4. Enter a meaningful name for your add-in and a location in which to save the new project (see Figure 2). Click OK when you are finished.

    Figure 2. Creating a new 2007 Microsoft Office system add-in

    Creating a new 2007 Office system add-in

Visual Studio 2005 creates and loads your add-in solution. The Visual Studio 2005 Tools for Office Second Edition add-in template includes two projects: the actual add-in project, and a setup project that makes it easier for you to test and deploy your add-in.

To create a custom task pane, you can add a new item to your project, and then add controls and code to that new task pane. Follow these steps to create the new task pane.

To create a task pane

  1. In Solution Explorer, right-click your add-in project (the second node in the tree displayed in the window), click Add, and then click User Control.

  2. In the Add New Item dialog box, set the name for your user control to NorthwindTaskPane, and click Add.

    At this point, you created a new task pane. Of course, it does not actually do anything yet, but you can still configure and view the task pane in PowerPoint 2007. Continue following the steps to display the task pane.

  3. In Solution Explorer, find the node that corresponds to the add-in class that the template created for you (ThisAddIn.vb or ThisAddIn.cs). Right-click the node, and then click View Code.

  4. At the top of the file, add the following statement, which makes it easier to write code using the CustomTaskPane class.

    Imports Microsoft.Office.Tools
    
    

    using Microsoft.Office.Tools;
    using PowerPoint = Microsoft.Office.Interop.PowerPoint;
    
    
  5. Within the ThisAddIn class, find the ThisAddIn_Startup procedure. Modify the procedure so that it looks like the following code, which creates a new CustomTaskPane instance and displays the task pane.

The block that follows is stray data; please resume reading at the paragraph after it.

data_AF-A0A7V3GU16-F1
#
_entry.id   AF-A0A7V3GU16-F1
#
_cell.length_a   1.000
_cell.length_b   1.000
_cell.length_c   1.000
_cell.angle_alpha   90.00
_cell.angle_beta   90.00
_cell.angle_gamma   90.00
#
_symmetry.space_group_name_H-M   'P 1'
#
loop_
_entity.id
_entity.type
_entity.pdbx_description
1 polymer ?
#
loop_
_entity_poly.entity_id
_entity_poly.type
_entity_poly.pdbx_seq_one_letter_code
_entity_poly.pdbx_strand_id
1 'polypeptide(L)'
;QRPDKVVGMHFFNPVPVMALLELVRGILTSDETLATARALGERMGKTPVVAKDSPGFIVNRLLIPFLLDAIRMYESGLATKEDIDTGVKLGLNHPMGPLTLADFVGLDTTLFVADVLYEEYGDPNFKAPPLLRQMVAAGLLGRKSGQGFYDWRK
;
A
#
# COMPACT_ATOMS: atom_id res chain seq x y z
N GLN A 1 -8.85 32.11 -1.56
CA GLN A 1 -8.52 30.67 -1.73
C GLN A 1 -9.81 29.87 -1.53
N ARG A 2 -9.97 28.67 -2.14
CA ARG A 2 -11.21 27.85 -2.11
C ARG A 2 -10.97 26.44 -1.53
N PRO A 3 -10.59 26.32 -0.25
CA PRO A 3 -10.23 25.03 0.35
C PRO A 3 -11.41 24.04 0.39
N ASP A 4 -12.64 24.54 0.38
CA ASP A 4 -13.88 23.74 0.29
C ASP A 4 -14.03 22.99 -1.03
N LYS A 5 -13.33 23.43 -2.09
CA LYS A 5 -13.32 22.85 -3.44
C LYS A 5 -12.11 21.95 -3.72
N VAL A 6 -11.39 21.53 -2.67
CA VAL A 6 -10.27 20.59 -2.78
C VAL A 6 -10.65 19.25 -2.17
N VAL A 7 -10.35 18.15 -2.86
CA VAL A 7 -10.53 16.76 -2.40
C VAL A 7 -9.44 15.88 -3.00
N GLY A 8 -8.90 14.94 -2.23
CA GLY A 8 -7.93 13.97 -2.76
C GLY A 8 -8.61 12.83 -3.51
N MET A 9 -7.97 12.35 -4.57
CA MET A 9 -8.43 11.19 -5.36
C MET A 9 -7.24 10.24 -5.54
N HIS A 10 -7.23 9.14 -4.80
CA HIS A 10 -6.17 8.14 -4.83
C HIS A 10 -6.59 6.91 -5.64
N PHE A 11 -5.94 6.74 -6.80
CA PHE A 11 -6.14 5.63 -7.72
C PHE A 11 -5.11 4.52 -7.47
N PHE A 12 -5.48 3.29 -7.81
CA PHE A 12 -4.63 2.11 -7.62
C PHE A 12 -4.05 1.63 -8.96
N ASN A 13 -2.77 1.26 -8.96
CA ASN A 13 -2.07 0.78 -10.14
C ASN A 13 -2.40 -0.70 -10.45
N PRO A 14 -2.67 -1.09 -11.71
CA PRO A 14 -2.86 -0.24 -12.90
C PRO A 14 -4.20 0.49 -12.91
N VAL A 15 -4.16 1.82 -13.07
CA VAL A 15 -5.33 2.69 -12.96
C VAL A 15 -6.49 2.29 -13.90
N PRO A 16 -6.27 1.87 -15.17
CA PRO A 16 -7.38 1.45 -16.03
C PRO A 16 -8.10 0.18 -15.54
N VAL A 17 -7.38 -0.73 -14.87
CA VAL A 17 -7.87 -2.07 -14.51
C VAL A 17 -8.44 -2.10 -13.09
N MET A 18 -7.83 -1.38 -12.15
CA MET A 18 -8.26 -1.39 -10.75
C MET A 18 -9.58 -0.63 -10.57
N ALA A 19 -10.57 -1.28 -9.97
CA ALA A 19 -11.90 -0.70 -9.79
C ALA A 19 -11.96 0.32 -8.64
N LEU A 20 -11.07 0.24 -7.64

Public ctp As CustomTaskPane = Nothing
    
    Private Sub ThisAddIn_Startup( _
      ByVal sender As Object, _
      ByVal e As System.EventArgs) _
      Handles Me.Startup
    
        ctp = _
          Me.CustomTaskPanes.Add(New NorthwindTaskPane, _
          "Northwind Data")
        ctp.Width = 200
        ctp.Visible = True
    End Sub
    
    

    public CustomTaskPane ctp = null;
    
    private void ThisAddIn_Startup(
      object sender, System.EventArgs e)
    {
        CustomTaskPane ctp = this.CustomTaskPanes.Add(
          new NorthwindTaskPane(), "Northwind Data");
        ctp.Width = 200;
        ctp.Visible = true;
    }
    

    This code first creates a new instance of the user control you created and passes this new instance to the Add method of the CustomTaskPanes property of the current add-in class along with the caption for the new task pane. The Add method returns a reference to the new custom task pane. The following code sets the width of the new task pane, and finally makes the task pane visible.

    NoteNote

    You might also find it interesting to investigate other properties of the CustomTaskPane class, including the DockPosition property (allows you to specify where you want your task pane docked) and DockPositionRestrict property (allows you to restrict your task pane docking—you can disallow vertical docking, for example).

At this point, you can test your new task pane (although it does not yet provide any functionality).

To test the task pane

  1. Click File, and then click Save All to save your solution.

  2. Press CTRL+F5 to start debugging.

    Visual Studio loads PowerPoint 2007 with your task pane displayed, as shown in Figure 3.

    Figure 3. Task pane not yet functional in PowerPoint 2007

    Task pane not yet functional in PowerPoint

    Close PowerPoint 2007 to return to Visual Studio—now you can add some functionality to the add-in.

Working with data in a custom task pane is similar to working with data in a typical Windows-based application. You follow the same set of steps to add data functionality to a Visual Studio 2005 Tools for Office Second Edition add-in as you would when you create a Windows form.